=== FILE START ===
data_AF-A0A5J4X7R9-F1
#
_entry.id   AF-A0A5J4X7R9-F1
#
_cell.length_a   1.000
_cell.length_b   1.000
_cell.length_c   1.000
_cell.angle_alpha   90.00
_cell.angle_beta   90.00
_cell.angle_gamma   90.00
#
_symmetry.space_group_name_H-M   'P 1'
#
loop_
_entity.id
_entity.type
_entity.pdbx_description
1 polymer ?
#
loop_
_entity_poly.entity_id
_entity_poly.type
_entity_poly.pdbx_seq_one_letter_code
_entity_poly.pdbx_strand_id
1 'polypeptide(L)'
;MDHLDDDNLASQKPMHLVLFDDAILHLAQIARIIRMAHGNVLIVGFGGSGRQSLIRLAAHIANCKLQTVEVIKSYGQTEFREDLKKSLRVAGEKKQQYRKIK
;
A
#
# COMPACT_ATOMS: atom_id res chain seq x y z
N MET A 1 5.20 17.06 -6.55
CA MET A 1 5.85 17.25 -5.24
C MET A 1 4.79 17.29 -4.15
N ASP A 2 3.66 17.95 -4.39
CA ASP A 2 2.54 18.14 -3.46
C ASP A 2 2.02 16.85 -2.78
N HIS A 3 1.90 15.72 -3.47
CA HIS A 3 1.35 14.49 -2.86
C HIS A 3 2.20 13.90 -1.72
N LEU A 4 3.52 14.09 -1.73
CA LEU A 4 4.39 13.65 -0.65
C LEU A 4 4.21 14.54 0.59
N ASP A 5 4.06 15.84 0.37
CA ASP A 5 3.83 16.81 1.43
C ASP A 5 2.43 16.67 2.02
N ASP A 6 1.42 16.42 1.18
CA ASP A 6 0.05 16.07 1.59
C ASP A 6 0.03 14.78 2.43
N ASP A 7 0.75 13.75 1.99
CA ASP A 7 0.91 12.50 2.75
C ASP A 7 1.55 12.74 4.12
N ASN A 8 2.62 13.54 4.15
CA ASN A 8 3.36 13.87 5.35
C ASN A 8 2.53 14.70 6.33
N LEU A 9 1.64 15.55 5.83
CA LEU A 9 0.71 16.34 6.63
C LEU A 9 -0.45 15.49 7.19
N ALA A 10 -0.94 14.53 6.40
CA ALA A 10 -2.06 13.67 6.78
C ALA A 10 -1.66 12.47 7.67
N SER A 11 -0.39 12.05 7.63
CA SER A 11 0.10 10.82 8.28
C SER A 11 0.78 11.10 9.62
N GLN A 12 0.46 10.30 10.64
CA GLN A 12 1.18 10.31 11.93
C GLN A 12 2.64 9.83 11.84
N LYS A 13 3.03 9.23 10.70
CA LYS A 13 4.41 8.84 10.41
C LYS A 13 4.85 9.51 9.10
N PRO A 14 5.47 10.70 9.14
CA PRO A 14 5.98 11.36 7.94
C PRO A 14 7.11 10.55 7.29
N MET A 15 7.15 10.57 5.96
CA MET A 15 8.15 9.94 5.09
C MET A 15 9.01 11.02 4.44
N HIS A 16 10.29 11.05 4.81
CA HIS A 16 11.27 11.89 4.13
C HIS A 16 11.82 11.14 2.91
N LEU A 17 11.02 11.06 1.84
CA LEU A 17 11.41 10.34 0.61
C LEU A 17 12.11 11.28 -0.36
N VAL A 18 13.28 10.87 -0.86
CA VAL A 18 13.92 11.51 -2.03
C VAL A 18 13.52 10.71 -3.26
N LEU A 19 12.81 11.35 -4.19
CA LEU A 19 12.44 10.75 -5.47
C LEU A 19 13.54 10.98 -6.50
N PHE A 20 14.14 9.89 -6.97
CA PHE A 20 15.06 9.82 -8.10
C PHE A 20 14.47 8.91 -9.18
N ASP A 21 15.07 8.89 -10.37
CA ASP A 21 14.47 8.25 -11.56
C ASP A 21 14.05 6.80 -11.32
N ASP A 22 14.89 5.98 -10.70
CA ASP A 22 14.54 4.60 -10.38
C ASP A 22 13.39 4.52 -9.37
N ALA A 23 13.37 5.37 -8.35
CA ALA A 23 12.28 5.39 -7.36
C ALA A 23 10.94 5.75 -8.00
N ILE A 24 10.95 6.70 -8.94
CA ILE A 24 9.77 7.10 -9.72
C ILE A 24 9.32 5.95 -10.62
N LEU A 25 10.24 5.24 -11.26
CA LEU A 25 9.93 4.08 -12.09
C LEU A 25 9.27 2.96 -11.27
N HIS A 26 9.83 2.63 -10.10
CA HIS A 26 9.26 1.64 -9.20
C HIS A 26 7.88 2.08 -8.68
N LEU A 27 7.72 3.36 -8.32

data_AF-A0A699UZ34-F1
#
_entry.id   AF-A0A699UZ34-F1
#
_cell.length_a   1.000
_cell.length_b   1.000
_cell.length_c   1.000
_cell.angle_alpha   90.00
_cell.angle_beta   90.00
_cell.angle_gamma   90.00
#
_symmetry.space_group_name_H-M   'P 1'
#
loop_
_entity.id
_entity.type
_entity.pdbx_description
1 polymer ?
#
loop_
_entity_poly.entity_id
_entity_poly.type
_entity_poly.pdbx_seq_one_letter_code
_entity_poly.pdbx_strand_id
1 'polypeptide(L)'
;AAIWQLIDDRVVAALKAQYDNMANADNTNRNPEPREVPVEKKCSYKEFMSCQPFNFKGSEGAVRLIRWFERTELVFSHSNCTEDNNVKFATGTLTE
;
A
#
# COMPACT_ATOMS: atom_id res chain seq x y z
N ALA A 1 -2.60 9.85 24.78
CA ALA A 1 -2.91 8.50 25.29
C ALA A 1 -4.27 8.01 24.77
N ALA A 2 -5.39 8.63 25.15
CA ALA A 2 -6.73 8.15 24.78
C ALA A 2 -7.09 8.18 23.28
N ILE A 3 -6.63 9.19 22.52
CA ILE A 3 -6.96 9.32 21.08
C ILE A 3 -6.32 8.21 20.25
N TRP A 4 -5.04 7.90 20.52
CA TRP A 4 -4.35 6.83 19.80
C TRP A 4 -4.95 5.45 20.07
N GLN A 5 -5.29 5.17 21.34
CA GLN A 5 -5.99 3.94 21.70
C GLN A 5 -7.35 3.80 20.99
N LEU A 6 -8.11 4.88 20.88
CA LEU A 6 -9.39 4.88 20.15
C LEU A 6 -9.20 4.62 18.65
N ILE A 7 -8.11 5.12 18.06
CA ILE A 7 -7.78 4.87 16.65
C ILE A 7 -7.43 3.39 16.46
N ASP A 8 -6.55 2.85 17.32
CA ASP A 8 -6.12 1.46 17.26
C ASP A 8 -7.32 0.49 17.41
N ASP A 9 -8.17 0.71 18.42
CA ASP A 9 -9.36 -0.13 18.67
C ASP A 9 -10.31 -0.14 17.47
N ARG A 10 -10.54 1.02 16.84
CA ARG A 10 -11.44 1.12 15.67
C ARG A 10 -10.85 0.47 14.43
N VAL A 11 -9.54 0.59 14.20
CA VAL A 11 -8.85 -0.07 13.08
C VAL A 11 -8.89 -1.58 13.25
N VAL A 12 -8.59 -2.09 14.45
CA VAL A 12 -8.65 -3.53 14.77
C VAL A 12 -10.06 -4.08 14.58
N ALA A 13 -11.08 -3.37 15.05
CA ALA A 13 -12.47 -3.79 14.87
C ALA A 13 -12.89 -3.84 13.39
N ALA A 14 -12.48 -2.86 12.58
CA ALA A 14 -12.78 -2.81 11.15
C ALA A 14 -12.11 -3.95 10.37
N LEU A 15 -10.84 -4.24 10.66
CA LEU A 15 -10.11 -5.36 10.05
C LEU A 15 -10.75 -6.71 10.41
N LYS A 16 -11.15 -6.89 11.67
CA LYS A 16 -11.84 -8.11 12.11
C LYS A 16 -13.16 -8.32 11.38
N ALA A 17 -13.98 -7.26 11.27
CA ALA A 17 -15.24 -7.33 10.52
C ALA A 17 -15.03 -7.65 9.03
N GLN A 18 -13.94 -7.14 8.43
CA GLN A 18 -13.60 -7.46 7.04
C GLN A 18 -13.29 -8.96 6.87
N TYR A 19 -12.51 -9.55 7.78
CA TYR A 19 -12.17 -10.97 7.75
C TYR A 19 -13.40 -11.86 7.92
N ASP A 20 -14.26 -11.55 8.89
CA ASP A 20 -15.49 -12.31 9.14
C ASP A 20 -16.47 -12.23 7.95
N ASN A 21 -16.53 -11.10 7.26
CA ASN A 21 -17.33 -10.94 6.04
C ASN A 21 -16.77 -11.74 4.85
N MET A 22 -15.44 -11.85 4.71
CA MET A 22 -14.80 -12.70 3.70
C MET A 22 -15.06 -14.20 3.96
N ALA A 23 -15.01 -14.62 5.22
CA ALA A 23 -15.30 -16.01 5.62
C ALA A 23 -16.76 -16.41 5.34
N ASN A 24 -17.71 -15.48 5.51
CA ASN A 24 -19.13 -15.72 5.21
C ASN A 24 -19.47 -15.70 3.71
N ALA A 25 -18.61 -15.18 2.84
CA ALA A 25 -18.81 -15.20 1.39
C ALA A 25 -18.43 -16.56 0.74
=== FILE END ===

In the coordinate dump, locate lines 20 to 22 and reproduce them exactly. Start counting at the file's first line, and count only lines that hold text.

loop_
_entity_poly.entity_id
_entity_poly.type